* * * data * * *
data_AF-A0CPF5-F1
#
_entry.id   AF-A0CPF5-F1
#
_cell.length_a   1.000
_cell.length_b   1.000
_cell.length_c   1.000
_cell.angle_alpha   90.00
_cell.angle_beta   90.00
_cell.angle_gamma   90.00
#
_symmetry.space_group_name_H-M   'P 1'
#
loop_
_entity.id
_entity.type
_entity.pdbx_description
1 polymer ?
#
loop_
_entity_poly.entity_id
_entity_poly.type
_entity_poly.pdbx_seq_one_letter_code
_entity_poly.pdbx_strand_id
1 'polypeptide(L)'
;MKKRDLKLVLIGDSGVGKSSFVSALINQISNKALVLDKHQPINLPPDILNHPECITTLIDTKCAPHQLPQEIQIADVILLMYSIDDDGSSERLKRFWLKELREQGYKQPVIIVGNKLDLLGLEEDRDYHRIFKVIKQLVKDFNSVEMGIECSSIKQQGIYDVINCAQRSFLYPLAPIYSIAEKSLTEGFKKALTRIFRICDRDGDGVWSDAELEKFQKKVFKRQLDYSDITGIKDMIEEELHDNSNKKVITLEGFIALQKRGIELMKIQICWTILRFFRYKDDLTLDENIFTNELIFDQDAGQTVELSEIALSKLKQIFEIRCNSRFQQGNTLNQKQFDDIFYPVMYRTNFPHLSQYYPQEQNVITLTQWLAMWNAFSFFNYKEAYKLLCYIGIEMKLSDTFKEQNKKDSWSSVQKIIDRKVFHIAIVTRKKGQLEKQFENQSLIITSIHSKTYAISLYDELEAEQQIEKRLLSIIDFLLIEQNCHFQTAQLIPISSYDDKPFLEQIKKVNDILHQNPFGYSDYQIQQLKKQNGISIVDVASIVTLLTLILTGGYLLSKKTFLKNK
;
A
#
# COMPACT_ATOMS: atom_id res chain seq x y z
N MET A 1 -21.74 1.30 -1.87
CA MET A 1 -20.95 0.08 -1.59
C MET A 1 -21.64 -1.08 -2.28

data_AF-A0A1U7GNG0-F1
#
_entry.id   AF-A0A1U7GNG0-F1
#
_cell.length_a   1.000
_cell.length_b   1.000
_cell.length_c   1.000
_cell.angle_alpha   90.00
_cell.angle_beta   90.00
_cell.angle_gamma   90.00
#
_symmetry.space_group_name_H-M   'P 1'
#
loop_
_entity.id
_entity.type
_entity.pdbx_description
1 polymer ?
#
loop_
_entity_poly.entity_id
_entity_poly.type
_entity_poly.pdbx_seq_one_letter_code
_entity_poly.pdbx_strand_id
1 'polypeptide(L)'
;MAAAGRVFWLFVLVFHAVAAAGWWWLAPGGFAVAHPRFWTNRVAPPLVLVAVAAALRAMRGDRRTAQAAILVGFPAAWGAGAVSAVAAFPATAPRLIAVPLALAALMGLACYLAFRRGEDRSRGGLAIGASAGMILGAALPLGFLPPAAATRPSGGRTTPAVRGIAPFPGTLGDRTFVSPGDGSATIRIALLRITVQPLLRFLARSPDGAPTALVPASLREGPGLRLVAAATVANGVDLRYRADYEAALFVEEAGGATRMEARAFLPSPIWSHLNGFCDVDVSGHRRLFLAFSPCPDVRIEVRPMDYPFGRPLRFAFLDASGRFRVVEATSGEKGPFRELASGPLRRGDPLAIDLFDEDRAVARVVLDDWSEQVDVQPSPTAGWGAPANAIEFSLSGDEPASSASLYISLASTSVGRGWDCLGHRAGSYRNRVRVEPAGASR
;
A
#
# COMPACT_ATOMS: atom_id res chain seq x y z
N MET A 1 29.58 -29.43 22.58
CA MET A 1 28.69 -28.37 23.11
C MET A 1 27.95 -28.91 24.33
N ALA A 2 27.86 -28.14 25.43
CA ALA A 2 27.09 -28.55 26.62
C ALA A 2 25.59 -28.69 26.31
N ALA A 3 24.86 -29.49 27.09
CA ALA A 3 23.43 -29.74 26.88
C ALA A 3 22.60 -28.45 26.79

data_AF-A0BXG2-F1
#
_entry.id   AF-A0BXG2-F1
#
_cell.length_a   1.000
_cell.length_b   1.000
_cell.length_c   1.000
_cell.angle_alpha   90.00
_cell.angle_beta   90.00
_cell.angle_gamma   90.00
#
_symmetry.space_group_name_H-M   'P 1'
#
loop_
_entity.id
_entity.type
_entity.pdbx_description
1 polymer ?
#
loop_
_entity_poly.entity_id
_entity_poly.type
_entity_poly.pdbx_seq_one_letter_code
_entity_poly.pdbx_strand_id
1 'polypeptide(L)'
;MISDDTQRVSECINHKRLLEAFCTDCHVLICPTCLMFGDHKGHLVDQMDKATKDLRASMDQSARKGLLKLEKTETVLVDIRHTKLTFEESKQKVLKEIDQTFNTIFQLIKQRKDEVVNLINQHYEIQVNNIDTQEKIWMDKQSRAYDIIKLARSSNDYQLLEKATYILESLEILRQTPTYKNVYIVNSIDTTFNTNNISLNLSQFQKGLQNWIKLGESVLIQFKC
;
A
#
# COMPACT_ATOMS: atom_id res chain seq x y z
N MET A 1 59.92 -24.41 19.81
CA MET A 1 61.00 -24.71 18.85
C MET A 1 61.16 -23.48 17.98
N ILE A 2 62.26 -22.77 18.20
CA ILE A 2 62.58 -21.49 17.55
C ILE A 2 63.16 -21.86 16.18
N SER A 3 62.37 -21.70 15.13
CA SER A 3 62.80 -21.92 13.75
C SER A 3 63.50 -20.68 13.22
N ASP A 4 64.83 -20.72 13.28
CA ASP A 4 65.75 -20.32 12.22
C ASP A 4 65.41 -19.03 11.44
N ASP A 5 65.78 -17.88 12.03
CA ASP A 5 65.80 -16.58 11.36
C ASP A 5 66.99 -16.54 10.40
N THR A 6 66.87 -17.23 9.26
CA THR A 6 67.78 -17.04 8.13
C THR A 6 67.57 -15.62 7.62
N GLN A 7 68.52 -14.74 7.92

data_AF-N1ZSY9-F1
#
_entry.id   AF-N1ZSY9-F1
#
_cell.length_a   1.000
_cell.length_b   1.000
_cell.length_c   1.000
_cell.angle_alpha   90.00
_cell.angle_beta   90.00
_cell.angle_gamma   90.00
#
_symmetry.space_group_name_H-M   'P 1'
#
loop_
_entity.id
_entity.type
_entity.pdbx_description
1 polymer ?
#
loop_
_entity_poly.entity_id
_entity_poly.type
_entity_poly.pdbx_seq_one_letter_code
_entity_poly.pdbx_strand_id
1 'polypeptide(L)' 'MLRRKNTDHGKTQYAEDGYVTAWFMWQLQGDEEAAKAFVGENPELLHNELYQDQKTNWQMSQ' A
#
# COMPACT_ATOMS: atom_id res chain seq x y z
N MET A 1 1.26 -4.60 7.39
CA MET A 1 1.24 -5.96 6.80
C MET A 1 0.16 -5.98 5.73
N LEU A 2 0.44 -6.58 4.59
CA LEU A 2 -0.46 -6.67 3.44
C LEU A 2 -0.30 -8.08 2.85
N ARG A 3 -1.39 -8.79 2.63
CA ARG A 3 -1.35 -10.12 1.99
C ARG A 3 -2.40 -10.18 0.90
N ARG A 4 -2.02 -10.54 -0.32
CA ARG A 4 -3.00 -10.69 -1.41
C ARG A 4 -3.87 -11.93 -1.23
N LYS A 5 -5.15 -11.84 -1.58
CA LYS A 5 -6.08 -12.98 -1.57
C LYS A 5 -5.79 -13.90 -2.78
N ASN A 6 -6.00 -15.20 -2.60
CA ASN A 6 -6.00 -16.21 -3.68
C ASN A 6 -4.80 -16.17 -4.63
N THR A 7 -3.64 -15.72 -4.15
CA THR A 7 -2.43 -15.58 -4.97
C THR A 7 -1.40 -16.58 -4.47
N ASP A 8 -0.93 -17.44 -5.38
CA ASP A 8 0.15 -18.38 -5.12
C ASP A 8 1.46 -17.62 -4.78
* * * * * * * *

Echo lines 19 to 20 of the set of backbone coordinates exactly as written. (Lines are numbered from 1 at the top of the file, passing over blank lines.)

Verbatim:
#
loop_